“I coulda been a contender,” says Marlon Brando’s ex-boxer Terry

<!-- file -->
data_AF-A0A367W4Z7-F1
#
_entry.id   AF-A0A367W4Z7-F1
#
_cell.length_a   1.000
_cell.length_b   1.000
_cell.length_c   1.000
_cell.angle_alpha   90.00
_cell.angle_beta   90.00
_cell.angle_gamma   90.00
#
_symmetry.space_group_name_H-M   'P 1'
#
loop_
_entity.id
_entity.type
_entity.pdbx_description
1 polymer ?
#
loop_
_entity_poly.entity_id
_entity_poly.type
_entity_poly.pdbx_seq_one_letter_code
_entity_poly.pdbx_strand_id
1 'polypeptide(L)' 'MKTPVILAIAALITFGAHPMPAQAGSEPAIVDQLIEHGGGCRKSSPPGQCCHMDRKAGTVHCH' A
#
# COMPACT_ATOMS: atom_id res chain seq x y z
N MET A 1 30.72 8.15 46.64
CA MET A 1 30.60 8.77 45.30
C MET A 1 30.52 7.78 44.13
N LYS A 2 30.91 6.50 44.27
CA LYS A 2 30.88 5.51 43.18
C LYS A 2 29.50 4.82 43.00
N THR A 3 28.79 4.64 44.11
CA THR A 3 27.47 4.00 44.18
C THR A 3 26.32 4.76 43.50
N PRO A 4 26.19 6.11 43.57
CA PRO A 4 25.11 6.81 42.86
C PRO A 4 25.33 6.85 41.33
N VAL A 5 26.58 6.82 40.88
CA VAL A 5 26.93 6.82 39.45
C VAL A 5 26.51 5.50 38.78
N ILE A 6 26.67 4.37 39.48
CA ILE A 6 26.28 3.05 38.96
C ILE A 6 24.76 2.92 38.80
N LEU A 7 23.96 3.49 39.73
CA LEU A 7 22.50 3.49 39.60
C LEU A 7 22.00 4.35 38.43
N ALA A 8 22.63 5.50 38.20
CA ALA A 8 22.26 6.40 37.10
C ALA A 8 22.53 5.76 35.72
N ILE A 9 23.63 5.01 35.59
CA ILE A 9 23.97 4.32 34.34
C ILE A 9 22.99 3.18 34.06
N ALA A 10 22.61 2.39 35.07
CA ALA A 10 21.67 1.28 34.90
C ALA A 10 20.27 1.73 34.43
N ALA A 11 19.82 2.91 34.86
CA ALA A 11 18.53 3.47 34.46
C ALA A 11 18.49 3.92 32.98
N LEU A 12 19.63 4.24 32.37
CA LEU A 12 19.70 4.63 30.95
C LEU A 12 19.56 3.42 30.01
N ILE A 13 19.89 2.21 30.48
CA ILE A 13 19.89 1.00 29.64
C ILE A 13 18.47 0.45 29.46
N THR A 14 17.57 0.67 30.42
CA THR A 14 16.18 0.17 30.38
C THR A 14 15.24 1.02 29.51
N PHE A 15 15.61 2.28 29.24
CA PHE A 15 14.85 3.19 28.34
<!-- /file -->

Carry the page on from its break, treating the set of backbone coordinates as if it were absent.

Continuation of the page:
Malloy in his famous speech from On the Waterfront. He’s talking to the brother (Rod Steiger) who convinced him to take a dive years ago on a big fight and who serves as lackey for a mobster (Lee J. Cobb) who corrupts a New Jersey longshoreman’s union. The film proved a contender, even a winner at the 1954 box office and at the Oscars, where it picked up awards for Brando, supporting actress Eva Marie Saint as his girlfriend, director Elia Kazan, writer Budd Schulberg, and four other categories, including Best Picture. While some see the film in the light of the era’s Communist witch hunts, this project was in development before Kazan's friendly testimony and based on real-life headlines of organized crime. It’s best to see it as the festival of Method Acting and film realism it is, shot entirely in real-life New Jersey locations and scored majestically by Leonard Bernstein. Slab Cinema pops up at the Botanical Garden for a free screening in conjunction with the Starlight Movies in the Garden series.